# Core Concepts

# Servers

Your Laravel application can have any number of JSON:API compliant APIs. We refer to each API as a Server.

You may opt to not use multiple servers: a simple application will typically only have one server. However, there are a number of use cases where you may decide to implement multiple servers. For example:

  • If you have a public-facing API, and a private API (e.g. only accessible by administrators).
  • If you want to maintain multiple versions of an API, each version can have its own server.

# Resources

Every server has a defined set of JSON:API resources. These are the domain models that clients can access via your API.

For example, a blog application may have posts, comments and users resources to represent the blog posts, comments on those posts, and the users who have authored posts or comments.

# Schemas

For each resource in your server, you will have a Schema class. For example, the posts resource would have a PostSchema class.

The PostSchema describes the structure of the posts resource and translates JSON:API requests into database queries to create, read, update and delete Post models.

The design of Schema classes is inspired by the Laravel Nova (opens new window) approach.

# API Resources

By default, we use the PostSchema to serialize a Post model to a JSON:API resource object.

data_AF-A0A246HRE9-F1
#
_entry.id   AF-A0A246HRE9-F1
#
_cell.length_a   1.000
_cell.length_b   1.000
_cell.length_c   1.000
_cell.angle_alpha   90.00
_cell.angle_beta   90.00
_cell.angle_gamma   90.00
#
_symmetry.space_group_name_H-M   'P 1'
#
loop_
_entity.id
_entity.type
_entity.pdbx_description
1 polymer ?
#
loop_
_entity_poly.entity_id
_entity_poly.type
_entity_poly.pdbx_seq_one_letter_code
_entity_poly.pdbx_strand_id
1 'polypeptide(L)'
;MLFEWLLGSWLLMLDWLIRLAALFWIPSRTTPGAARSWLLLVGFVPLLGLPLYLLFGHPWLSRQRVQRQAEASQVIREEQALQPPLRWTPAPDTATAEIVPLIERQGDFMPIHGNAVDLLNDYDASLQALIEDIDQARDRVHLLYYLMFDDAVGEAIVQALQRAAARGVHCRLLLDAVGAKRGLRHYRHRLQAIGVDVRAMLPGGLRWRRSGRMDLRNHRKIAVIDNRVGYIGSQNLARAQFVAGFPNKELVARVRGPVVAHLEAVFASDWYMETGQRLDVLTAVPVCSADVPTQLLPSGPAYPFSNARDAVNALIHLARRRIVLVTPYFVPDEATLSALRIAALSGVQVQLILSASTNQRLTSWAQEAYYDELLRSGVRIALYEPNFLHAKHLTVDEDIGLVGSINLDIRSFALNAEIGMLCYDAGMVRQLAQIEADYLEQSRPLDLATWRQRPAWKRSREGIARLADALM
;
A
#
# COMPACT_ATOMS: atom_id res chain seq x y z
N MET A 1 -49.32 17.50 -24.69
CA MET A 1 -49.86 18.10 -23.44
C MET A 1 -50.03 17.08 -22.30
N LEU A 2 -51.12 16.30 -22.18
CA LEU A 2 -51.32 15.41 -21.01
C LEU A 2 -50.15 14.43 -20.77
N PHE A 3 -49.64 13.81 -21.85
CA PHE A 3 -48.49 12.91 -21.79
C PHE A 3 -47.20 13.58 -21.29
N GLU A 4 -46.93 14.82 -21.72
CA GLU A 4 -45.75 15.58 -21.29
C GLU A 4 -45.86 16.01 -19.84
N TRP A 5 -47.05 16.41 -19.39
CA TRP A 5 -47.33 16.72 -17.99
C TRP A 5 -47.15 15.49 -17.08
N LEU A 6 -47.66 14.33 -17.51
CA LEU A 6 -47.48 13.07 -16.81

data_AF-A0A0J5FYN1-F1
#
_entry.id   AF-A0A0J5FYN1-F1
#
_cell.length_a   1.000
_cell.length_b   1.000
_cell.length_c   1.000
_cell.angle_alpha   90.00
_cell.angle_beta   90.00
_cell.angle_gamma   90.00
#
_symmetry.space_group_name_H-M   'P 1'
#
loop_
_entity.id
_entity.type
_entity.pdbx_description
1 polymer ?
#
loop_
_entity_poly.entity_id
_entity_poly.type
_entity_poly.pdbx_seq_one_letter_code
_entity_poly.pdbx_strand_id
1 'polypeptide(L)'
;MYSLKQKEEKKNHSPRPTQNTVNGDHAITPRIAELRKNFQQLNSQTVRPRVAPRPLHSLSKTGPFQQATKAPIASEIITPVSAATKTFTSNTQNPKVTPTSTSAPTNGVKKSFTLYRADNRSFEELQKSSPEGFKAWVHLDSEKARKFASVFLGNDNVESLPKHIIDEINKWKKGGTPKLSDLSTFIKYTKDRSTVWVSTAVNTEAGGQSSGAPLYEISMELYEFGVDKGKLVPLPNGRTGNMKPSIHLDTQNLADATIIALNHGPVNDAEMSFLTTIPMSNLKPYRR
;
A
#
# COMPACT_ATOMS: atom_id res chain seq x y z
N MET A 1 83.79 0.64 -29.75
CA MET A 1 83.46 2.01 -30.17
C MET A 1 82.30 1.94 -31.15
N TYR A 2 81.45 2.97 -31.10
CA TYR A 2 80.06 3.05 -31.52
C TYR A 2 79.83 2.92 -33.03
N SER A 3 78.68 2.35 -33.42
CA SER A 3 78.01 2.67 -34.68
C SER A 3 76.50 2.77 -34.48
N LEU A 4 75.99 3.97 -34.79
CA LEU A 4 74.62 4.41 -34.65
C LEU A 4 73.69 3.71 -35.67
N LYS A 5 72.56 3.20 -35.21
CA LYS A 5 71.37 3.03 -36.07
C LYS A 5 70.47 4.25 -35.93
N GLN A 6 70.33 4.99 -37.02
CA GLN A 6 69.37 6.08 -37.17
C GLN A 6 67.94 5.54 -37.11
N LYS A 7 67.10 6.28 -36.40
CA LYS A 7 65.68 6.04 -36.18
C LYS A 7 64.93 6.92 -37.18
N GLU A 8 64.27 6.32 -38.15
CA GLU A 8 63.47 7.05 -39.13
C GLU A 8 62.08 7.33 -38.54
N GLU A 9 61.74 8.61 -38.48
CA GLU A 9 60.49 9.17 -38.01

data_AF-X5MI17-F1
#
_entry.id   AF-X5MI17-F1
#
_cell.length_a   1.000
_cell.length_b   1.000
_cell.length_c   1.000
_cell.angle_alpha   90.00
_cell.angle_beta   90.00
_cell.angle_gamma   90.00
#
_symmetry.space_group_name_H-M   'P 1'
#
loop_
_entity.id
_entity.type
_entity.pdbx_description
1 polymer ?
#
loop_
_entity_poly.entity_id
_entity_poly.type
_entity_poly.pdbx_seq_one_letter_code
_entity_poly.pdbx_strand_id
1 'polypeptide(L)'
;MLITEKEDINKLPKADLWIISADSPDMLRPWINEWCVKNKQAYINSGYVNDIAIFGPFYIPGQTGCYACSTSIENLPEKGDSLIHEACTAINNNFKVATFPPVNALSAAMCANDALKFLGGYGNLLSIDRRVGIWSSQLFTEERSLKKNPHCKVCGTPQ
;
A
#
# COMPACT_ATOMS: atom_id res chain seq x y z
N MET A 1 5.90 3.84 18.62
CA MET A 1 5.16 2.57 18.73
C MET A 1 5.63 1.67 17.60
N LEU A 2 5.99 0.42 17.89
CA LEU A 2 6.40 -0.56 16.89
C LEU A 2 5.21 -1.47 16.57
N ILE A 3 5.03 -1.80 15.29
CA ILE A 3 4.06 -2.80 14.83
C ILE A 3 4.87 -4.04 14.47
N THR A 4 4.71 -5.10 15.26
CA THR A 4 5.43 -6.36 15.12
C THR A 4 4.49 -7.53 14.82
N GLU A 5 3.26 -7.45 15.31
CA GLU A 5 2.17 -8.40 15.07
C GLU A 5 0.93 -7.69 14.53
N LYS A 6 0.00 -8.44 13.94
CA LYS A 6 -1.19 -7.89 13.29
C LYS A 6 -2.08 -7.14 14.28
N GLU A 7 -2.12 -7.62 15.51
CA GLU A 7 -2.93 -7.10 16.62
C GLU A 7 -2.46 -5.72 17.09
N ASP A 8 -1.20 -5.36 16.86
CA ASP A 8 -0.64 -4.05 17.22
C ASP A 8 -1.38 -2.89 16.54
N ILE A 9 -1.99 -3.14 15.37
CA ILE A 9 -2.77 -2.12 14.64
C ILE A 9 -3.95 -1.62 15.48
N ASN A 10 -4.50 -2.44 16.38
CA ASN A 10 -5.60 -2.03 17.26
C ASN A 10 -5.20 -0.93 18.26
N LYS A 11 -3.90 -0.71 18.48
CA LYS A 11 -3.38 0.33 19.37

If you need full control over the serialization of a model to JSON, you can use a Resource class to define the JSON structure.

For example, your posts resource could have a PostResource class defining the serialization. These resource classes are the JSON:API equivalent of Laravel's Eloquent API Resources (opens new window).

# Requests

Laravel JSON:API makes extensive use of Laravel Form Requests (opens new window) to process client requests in accordance with the JSON:API specification.

Our request classes take care of:

  • Negotiating content (opens new window) between the client and the server;
  • Parsing JSON documents sent by client against the JSON:API specification, rejecting any non-compliant documents with detailed error messages.
  • Validating query parameters and JSON resources against your application's specific validation logic.

A resource can have up to three request classes. Using the posts resource as an example, the three classes would be:

  • PostRequest: parses the JSON content of a request to create, update, or delete a posts resource. This includes parsing requests to modify any of the relationships of the posts resource.
  • PostQuery: parses query parameters for when the server will respond with zero-to-one posts resources.
  • PostCollectionQuery: parses query parameters for when the server will respond with zero-to-many posts resources.


Not all resources will use all three request classes: it depends on what JSON:API capabilities you allow a client to execute for each resource type.

Last Updated: 2/10/2024, 2:00:59 PM